It's been four and a half years since HBO launched HBO GO, its streaming video website that gives subscribers of its cable channels unlimited access to its back catalog. In that time, sharing passwords has become commonplace. HBO CEO Richard Plepler remarked earlier this year that he doesn't care that people are sharing passwords, saying it's excellent marketing. Time Warner (NYSE:TWX) CEO Jeff Bewkes said during a conference call a year ago that having the most pirated show (Game of Thrones) was "better than an Emmy."
But speaking at the Goldman Sachs Communicopia conference last week, Bewkes mentioned that the "broadband opportunity is getting bigger," and taking HBO GO direct to consumers "is more viable and more interesting." The move would put the premium cable channel in more direct competition with Netflix (NASDAQ:NFLX).
Separately, CBS (NYSE:CBS) CEO Les Moonves mentioned that moving over the top with Showtime Anytime is certainly a possibility as well. Showtime's service is less than 18 months old, however, so consumers are still getting used to it.
Moving to a stand-alone service would allow HBO and Showtime to capture revenue the two companies have been missing out on -- the market of password sharers. HBO has been very hesitant to leave the cable bundle, but the opportunity may be too big to ignore any longer.
HBO's and Showtime's relationships with cable operators
The fact that you still need a cable subscription in order to get HBO or Showtime isn't because these companies are behind the times. The relationship between the networks and cable operators is very symbiotic. HBO and Showtime produce excellent content, and the cable operators handle marketing and customer service. They typically split the fee about 50/50.
It's a business model that has worked for over 40 years, and it still works today. In the first half of the year, HBO has added more than twice as many domestic subscribers as it did in the same period a year ago. Internationally, the subscriber base grew almost 15% over the past year.
But it's a double-edged sword. Many new customers are non-revenue-generating for HBO, meaning the cable operator keeps the entire carriage fee. This is part of HBO's marketing plan, but it can inflate numbers and drag down revenue.
Showtime has seen an increase in viewership over the last few years as well. This is mostly on the strength of its original content, which still has a way to go in order to catch up to HBO. Still, the company now has six original shows with at least 5 million weekly viewers, up from just one in 2010.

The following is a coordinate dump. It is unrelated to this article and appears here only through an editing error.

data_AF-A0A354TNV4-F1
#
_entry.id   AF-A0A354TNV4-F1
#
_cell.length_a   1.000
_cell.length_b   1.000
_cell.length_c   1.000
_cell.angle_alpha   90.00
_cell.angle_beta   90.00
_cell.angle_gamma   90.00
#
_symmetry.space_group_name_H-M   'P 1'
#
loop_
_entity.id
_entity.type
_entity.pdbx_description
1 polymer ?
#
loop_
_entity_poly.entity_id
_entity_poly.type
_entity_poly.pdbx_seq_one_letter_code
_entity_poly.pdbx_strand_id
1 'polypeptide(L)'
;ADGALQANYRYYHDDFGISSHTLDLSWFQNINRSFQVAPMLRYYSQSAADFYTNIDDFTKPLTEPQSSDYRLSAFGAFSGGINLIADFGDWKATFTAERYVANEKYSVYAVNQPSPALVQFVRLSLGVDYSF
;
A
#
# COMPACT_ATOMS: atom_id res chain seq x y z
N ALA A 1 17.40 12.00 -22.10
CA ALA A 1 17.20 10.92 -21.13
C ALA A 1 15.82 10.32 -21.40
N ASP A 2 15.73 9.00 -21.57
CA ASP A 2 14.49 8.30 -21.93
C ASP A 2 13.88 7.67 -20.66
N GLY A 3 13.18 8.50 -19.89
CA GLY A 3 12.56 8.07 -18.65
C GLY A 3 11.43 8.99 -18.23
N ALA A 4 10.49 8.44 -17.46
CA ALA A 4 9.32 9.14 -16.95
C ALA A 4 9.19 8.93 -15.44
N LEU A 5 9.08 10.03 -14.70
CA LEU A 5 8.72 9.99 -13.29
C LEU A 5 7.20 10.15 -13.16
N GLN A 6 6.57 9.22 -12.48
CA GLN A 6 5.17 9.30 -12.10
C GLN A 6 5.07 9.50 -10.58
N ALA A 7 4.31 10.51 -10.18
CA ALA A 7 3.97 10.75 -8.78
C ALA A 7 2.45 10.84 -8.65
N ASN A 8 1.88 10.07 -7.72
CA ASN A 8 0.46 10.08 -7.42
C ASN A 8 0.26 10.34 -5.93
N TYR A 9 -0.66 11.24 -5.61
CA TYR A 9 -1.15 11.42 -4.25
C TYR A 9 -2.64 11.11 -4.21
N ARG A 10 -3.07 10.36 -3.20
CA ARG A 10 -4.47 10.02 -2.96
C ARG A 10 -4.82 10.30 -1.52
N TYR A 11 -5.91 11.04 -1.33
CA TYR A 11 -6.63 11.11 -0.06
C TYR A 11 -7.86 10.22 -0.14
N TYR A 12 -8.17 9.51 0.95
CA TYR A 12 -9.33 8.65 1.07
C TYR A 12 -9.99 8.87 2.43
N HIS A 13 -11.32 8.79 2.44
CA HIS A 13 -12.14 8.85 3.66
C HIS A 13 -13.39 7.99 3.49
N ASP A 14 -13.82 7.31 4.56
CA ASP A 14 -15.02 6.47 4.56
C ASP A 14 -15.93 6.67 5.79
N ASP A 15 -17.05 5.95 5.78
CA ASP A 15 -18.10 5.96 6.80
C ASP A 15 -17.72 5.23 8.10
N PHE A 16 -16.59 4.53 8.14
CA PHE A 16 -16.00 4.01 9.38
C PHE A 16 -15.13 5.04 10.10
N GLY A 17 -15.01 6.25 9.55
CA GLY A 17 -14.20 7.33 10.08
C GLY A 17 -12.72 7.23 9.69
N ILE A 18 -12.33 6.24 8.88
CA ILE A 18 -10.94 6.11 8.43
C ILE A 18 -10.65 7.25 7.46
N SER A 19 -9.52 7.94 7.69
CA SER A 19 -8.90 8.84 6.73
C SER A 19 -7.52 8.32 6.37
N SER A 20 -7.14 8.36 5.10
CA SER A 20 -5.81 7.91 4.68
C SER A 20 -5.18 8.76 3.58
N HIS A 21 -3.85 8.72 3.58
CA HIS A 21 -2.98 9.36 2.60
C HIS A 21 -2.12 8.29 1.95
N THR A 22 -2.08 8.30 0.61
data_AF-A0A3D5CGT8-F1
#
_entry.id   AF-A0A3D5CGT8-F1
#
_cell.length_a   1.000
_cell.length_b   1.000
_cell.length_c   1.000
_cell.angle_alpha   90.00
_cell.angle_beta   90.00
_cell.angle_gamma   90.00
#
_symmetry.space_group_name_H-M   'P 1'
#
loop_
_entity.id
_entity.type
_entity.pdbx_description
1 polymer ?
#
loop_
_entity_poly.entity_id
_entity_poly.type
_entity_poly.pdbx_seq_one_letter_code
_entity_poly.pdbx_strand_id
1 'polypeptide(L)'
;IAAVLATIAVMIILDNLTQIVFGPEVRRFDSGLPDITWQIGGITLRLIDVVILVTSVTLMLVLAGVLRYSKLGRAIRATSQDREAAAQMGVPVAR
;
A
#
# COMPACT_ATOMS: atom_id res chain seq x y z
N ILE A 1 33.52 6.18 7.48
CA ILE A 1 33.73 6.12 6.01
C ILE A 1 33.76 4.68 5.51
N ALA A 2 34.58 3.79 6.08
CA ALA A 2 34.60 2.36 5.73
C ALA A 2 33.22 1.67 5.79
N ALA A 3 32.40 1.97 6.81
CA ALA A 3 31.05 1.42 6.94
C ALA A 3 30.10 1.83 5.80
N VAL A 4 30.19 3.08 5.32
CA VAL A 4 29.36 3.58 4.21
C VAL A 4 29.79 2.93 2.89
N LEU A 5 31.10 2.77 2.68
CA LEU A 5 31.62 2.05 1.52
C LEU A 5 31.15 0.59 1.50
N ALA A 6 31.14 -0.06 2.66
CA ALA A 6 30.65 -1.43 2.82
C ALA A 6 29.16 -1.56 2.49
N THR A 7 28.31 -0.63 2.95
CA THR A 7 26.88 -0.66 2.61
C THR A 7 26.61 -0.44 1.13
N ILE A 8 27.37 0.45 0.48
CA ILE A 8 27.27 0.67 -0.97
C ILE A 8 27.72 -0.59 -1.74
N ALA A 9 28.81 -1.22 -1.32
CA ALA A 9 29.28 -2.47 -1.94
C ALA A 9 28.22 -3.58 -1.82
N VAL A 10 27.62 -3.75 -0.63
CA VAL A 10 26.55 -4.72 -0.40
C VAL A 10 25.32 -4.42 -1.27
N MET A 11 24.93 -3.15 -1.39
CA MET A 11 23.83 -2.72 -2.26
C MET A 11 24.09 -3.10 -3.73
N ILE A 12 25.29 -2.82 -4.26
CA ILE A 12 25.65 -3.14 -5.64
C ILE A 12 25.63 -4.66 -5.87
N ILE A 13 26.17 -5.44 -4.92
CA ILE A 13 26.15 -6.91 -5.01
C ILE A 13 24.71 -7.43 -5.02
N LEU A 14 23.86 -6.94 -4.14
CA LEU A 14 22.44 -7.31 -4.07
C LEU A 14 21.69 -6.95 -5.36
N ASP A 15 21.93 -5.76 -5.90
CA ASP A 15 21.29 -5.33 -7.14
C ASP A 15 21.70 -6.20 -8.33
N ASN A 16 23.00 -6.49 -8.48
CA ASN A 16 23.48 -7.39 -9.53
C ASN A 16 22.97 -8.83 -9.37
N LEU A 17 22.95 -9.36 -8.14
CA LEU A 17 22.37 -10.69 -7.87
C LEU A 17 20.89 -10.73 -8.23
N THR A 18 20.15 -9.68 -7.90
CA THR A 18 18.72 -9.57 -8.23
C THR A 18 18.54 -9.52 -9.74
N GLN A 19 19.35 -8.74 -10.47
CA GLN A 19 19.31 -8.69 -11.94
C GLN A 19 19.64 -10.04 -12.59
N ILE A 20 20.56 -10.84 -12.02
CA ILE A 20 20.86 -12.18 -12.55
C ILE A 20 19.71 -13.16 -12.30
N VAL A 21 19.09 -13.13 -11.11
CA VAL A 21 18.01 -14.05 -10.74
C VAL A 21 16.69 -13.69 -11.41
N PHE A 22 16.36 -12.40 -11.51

So, why ditch the cable companies now?
Over-the-top services are growing extremely popular. Netflix zoomed past HBO in terms of domestic subscribers, going from 27.15 million domestic streaming subscribers at the end of 2012 to 36.24 million at the end of the second quarter this year.
HBO has about 28 million domestic subscribers, but about 130 million subscribers globally. With Netflix still in the early stages of its international expansion, it might only be another five years or so before Netflix catches up.
The success of Netflix encouraged HBO to launch a stand-alone HBO GO service in Scandinavia about two years ago, and the company has seen a fair amount of success. Additionally, HBO partnered with Comcast to offer a $50-per-month package of broadband Internet, very basic cable, and HBO. Bewkes said that offer is "showing a very good demand for HBO."
HBO has also seen very strong adoption of its HBO GO service recently. Last quarter, active users increased 35% year over year.
Everything is in place for HBO to go over the top if it wants. It has the rights, the platform, and the demand.
What about Showtime?
Showtime is not HBO. It doesn't have the subscriber base or the critical acclaim HBO gets. To be fair, nobody does.
As mentioned, Showtime has only been offering its Showtime Anytime for 18 months, so the demand and awareness of the product isn't as great as HBO's. If HBO does go over the top, Showtime could actually benefit from sticking with the cable bundle and getting extra marketing from operators... until it, too, ditches them.
Adam Levy has no position in any stocks mentioned. The Motley Fool recommends Netflix. The Motley Fool owns shares of Netflix. Try any of our Foolish newsletter services free for 30 days. We Fools may not all hold the same opinions, but we all believe that considering a diverse range of insights makes us better investors. The Motley Fool has a disclosure policy.